The Adaptive-ready Checklist

Go beyond ADA to make a welcoming, inclusive climbing environment where EVERYONE wants to be.

Guess what? People have physical differences.

We ALL have physical differences. Taller, missing a leg, shorter, can’t see, one arm doesn’t work as well as the other, use a wheelchair. You get the idea.

What if you could make simple adjustments to your current climbing facility or plans for your new climbing terrain and building that would make your place accessible and welcoming to all those people with physical differences a.k.a. EVERYONE?

Some of those people might join your community, take your classes, and buy memberships. They just need to know they fit in.

This little guide offers tips on how to make sure your place is accessible-ready. You can take action on many of them as soon as you finish reading this pamphlet. 

If you’d like information beyond the checklist below, contact:

Paradox Sports – The nonprofit leading the way towards making climbing accessible to everyone

Team Eldo – The leader among climbing wall manufacturers when it comes to designing and building adaptive climbing terrain


  • Follow ADA guidelines during development, or retrofit your facility to meet criteria.
  • Host monthly adaptive climbing nights and build community.
  • Work with an existing adaptive sports group in your area.
  • Don’t turn groups away because “it might be too tricky”!
  • Incorporate disability etiquette into your staff training. Check out Paradox Sports to host an Adaptive Initiative Course!
  • Don’t be scared by insurance / running “risky” programs – it could be a violation of the ADA to exclude people because of a presumption about their limitations.

Wall Design & Routesetting

  • Include overhanging sections to accommodate campusing and mechanical advantage systems.
  • Add or utilize existing corners to allow for routesetting that helps with balance and offers novel routes for sit-climbers.
  • Incorporate slab walls for visually impaired climbers or climbers with limited mobility.
  • Install load-bearing anchors at the top and bottom of walls.
  • Vary routes for different climbing styles, not just “easy” to “hard”.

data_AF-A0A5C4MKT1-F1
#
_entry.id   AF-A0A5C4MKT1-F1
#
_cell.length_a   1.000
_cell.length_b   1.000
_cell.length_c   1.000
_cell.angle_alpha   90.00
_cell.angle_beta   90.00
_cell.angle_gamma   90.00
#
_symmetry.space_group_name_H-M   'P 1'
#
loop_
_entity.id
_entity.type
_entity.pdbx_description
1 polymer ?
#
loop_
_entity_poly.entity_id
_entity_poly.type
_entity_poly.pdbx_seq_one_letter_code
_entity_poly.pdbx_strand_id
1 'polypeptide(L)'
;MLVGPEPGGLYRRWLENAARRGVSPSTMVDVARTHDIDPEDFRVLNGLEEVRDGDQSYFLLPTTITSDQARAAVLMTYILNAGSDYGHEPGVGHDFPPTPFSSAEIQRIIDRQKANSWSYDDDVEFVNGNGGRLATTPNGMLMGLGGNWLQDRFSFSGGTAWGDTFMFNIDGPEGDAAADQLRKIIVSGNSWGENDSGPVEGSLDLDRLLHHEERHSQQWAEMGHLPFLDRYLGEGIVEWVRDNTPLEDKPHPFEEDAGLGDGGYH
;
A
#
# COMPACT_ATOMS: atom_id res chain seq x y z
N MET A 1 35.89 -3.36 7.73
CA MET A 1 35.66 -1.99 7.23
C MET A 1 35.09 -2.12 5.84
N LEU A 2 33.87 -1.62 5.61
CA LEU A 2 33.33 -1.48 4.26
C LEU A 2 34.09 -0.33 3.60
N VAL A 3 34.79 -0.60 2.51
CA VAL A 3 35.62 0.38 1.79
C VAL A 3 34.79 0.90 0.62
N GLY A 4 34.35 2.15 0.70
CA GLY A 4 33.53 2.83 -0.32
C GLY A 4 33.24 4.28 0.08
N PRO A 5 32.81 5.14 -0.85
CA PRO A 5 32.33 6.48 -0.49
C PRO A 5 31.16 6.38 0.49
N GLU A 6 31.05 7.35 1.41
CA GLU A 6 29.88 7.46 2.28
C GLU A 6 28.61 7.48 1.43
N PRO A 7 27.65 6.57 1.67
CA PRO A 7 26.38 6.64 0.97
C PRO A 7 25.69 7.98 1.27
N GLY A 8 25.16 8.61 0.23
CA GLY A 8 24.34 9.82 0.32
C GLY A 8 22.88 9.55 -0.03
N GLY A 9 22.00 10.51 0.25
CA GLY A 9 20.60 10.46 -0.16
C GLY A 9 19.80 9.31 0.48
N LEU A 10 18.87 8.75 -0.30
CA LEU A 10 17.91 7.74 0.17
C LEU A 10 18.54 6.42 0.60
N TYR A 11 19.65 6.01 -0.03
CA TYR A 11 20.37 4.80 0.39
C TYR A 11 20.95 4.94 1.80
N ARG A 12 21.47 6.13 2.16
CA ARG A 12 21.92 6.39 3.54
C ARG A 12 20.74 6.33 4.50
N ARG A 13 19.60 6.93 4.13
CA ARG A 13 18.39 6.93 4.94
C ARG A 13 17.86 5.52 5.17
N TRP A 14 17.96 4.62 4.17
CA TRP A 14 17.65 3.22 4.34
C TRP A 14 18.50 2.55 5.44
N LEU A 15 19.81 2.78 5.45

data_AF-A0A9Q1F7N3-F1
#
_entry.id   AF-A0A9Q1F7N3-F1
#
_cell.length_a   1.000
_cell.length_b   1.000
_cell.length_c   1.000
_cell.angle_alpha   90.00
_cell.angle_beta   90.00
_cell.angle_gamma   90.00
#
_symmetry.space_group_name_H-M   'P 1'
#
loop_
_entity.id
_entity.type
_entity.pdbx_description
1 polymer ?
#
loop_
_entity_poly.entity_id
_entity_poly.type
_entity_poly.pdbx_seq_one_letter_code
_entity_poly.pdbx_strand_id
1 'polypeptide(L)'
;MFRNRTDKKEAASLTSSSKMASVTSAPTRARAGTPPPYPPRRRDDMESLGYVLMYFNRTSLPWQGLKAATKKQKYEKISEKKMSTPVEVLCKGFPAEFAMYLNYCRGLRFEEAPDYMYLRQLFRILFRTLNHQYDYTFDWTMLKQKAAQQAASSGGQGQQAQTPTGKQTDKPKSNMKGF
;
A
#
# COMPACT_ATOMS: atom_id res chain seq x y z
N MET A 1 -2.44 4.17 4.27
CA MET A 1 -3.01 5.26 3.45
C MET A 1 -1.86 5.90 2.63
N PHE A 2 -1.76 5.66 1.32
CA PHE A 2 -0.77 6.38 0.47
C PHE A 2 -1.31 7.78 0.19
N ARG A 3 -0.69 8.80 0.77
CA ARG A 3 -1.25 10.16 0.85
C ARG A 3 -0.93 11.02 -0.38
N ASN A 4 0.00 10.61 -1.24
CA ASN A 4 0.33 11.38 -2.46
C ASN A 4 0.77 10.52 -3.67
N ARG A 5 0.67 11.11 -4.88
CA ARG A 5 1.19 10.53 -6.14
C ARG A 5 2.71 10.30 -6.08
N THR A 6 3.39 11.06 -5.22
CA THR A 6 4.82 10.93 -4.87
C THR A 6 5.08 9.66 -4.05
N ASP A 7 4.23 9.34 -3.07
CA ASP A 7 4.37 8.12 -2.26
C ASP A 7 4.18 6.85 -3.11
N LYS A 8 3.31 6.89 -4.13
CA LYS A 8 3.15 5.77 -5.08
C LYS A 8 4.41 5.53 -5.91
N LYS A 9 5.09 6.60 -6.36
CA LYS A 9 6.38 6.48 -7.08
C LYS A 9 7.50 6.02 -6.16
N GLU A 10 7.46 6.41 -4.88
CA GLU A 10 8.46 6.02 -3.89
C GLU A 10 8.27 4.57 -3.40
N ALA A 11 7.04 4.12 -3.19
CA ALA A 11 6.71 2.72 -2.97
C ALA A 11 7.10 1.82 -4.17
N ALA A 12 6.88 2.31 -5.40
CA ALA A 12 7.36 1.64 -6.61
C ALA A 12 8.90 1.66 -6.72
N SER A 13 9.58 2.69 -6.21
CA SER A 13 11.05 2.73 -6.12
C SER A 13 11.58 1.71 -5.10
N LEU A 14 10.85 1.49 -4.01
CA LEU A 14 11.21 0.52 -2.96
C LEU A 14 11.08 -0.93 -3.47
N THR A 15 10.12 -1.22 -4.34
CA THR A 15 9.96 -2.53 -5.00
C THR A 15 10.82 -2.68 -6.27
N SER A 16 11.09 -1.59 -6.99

• Ramps to all climbing areas
  • Firm, closed-cell foam to facilitate movement with wheelchairs and crutches
  • Floor anchors or sandbags


  • Accessible bathrooms have trash receptacles
  • Accessible changing room
  • Appropriate grab rails in restroom
  • Baby changing station in the men’s and women’s restroom
  • Space to do 360 degrees turn in wheelchair
  • Stall is wide enough to fit wheelchair parallel to toilet and close the door

Entry and Facility

  • Entrance wide enough to fit standard wheelchair base (ideally 32”)
  • Tables of appropriate height for comfortable seating in a wheelchair
  • Waiver station at appropriate height for a wheelchair or have a tablet that can be hand-held
  • Ability to reach the checkout counter
  • Offer paper waivers
  • Elevator for access to upstairs areas.
  • No turnstiles
  • Keep ramps, hallways, and doorways unblocked
  • Offer alternative belay tests


  • Chest harnesses or adult full body harnesses
  • Headsets for Visually Impaired climbers
  • Climbing Foot – Eldo Z
  • Easy Seat – Misty Mountain

Disability Etiquette 101

Please share these helpful hints with staff. Even if your facility doesn’t go completely adaptive-ready, knowing these pointers can make interactions for everyone more comfortable. Remember, 1 in 4 people has a disability. They will walk through your doors.

  • Person First—“people with disabilities” not “disabled person”
  • Ask before you help—people with disabilities are the best judge of what they can or cannot do.
  • Do not touch a person’s assistive devices (wheelchair, crutches, cane, etc) without permission—people with disabilities consider their equipment to be part of their personal space.
  • Do not touch a person’s guide dog unless you have explicit permission.
  • Speak directly to the person, not to the person assisting them.
  • People who use wheelchairs have different disabilities and varying abilities. Some can use their arms and hands. Some can get out of their wheelchairs and even walk for short distances.
  • Identify yourself before making physical contact with someone who is blind.
  • If you have to change your facility (rearranged furniture) let the person with visual impairments know.
  • Yes – you can say “It was good to see you,” and “See you later,” to a person who is blind.
  • People with amputations or limb difference often refer to their residual limb as “stump”.
  • Don’t use words like “victim”.